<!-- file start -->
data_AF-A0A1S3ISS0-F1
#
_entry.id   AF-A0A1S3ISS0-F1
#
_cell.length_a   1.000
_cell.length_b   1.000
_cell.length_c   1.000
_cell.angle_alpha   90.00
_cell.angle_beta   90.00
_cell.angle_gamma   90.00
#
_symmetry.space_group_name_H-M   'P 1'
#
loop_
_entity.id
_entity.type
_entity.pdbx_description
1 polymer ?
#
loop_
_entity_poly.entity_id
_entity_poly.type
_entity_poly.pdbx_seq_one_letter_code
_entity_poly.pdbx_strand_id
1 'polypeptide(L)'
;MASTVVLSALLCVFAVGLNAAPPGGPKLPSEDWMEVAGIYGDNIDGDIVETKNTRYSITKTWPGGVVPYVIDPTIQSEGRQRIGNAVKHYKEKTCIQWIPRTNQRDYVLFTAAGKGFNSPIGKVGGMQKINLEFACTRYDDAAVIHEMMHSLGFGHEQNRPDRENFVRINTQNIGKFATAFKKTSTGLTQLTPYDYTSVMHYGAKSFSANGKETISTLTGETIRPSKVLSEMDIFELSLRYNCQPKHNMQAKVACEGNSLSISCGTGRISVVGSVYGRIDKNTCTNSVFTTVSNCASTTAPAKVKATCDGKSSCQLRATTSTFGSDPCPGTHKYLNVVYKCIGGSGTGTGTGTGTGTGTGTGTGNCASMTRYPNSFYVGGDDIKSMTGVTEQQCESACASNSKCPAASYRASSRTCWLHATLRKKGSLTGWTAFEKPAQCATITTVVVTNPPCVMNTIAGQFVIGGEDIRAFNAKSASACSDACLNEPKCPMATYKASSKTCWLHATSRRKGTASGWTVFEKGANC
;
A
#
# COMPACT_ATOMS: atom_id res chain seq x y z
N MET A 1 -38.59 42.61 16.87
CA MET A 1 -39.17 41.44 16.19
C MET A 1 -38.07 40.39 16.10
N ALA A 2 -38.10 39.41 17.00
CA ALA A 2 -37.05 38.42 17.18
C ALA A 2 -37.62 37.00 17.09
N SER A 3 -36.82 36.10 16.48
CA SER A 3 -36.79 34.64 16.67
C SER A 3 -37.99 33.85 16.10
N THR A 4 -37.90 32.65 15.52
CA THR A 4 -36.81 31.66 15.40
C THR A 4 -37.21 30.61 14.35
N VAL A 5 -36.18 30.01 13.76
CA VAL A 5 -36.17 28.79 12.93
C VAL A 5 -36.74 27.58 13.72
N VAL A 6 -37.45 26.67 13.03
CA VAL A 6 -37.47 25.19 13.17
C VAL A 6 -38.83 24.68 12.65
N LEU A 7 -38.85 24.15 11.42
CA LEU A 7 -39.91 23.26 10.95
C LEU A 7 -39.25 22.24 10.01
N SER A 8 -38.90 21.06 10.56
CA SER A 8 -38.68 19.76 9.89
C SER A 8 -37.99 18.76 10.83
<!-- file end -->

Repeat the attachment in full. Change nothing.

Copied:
data_AF-A0A1S3ISS0-F1
#
_entry.id   AF-A0A1S3ISS0-F1
#
_cell.length_a   1.000
_cell.length_b   1.000
_cell.length_c   1.000
_cell.angle_alpha   90.00
_cell.angle_beta   90.00
_cell.angle_gamma   90.00
#
_symmetry.space_group_name_H-M   'P 1'
#
loop_
_entity.id
_entity.type
_entity.pdbx_description
1 polymer ?
#
loop_
_entity_poly.entity_id
_entity_poly.type
_entity_poly.pdbx_seq_one_letter_code
_entity_poly.pdbx_strand_id
1 'polypeptide(L)'
;MASTVVLSALLCVFAVGLNAAPPGGPKLPSEDWMEVAGIYGDNIDGDIVETKNTRYSITKTWPGGVVPYVIDPTIQSEGRQRIGNAVKHYKEKTCIQWIPRTNQRDYVLFTAAGKGFNSPIGKVGGMQKINLEFACTRYDDAAVIHEMMHSLGFGHEQNRPDRENFVRINTQNIGKFATAFKKTSTGLTQLTPYDYTSVMHYGAKSFSANGKETISTLTGETIRPSKVLSEMDIFELSLRYNCQPKHNMQAKVACEGNSLSISCGTGRISVVGSVYGRIDKNTCTNSVFTTVSNCASTTAPAKVKATCDGKSSCQLRATTSTFGSDPCPGTHKYLNVVYKCIGGSGTGTGTGTGTGTGTGTGTGNCASMTRYPNSFYVGGDDIKSMTGVTEQQCESACASNSKCPAASYRASSRTCWLHATLRKKGSLTGWTAFEKPAQCATITTVVVTNPPCVMNTIAGQFVIGGEDIRAFNAKSASACSDACLNEPKCPMATYKASSKTCWLHATSRRKGTASGWTVFEKGANC
;
A
#
# COMPACT_ATOMS: atom_id res chain seq x y z
N MET A 1 -38.59 42.61 16.87
CA MET A 1 -39.17 41.44 16.19
C MET A 1 -38.07 40.39 16.10
N ALA A 2 -38.10 39.41 17.00
CA ALA A 2 -37.05 38.42 17.18
C ALA A 2 -37.62 37.00 17.09
N SER A 3 -36.82 36.10 16.48
CA SER A 3 -36.79 34.64 16.67
C SER A 3 -37.99 33.85 16.10
N THR A 4 -37.90 32.65 15.52
CA THR A 4 -36.81 31.66 15.40
C THR A 4 -37.21 30.61 14.35
N VAL A 5 -36.18 30.01 13.76
CA VAL A 5 -36.17 28.79 12.93
C VAL A 5 -36.74 27.58 13.72
N VAL A 6 -37.45 26.67 13.03
CA VAL A 6 -37.47 25.19 13.17
C VAL A 6 -38.83 24.68 12.65
N LEU A 7 -38.85 24.15 11.42
CA LEU A 7 -39.91 23.26 10.95
C LEU A 7 -39.25 22.24 10.01
N SER A 8 -38.90 21.06 10.56
CA SER A 8 -38.68 19.76 9.89
C SER A 8 -37.99 18.76 10.83